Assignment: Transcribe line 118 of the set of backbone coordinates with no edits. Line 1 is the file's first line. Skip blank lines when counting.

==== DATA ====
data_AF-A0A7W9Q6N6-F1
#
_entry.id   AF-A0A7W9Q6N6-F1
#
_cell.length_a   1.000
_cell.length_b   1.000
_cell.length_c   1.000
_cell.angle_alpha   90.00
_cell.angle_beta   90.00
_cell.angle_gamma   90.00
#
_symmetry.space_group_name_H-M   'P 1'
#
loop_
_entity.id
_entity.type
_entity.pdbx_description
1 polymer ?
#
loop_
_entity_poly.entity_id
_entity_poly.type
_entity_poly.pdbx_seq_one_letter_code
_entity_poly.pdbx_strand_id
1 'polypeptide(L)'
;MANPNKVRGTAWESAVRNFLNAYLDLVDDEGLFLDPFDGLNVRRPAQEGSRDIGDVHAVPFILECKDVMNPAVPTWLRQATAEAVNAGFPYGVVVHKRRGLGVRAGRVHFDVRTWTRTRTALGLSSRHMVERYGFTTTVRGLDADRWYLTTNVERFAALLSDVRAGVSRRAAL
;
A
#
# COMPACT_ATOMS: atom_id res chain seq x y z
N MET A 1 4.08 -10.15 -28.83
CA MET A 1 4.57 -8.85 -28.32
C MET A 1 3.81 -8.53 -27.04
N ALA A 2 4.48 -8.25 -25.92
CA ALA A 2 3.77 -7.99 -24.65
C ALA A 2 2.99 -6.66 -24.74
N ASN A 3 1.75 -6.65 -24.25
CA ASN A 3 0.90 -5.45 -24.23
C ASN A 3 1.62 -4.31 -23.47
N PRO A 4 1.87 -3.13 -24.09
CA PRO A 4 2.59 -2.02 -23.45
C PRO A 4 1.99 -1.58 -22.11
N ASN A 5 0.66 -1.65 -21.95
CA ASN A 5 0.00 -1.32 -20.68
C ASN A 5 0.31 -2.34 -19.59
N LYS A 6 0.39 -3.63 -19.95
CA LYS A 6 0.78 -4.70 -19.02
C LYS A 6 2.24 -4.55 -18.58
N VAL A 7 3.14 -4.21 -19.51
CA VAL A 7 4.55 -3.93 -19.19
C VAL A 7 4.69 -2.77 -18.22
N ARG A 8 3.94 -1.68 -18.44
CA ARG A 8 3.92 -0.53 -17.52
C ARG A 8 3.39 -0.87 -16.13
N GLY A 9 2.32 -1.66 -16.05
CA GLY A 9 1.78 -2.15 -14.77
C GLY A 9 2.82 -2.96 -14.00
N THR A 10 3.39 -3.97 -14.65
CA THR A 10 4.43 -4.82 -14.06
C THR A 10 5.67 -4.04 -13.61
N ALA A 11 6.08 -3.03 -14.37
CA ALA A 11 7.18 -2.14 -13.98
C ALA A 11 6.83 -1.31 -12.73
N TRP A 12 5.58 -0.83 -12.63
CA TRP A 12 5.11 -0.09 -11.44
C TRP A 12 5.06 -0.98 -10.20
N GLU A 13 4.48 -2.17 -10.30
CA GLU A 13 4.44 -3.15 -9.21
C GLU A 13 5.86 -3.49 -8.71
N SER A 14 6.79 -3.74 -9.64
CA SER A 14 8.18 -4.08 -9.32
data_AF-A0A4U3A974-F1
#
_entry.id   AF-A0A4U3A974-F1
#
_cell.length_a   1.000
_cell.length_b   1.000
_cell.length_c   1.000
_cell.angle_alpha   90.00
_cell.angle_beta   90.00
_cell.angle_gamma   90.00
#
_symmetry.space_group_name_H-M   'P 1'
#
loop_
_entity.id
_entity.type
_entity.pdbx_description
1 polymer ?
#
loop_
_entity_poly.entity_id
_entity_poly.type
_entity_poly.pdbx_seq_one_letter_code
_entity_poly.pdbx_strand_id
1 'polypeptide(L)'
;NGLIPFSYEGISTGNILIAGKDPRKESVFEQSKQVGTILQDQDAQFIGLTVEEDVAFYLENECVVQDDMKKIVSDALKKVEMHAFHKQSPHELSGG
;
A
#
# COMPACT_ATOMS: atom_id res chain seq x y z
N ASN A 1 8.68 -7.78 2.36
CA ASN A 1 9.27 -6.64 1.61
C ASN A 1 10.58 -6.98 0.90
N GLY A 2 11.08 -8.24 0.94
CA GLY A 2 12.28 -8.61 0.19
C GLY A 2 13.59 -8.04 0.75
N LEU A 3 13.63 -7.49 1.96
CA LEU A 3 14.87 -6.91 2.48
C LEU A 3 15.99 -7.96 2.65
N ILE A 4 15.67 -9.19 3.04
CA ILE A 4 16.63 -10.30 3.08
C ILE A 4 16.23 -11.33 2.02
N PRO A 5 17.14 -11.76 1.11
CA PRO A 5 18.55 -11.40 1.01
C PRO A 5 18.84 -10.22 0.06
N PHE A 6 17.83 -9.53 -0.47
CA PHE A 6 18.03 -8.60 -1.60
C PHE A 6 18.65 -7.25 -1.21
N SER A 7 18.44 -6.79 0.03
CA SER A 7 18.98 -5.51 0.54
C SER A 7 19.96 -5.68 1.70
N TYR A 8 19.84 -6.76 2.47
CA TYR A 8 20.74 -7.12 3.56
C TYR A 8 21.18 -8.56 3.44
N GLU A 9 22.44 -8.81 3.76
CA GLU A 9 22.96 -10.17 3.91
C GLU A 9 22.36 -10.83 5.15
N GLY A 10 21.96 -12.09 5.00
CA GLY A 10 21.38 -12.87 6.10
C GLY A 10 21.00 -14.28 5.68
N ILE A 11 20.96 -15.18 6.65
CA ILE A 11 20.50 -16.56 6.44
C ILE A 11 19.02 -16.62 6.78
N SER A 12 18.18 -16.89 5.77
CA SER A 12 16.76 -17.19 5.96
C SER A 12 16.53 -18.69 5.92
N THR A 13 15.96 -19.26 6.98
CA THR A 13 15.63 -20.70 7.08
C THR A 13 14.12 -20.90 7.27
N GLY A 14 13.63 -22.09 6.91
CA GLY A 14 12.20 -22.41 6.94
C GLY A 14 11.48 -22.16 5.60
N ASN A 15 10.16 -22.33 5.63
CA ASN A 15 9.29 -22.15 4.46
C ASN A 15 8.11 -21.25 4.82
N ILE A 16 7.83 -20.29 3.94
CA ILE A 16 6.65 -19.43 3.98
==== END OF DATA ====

CA PHE A 6 18.03 -8.60 -1.60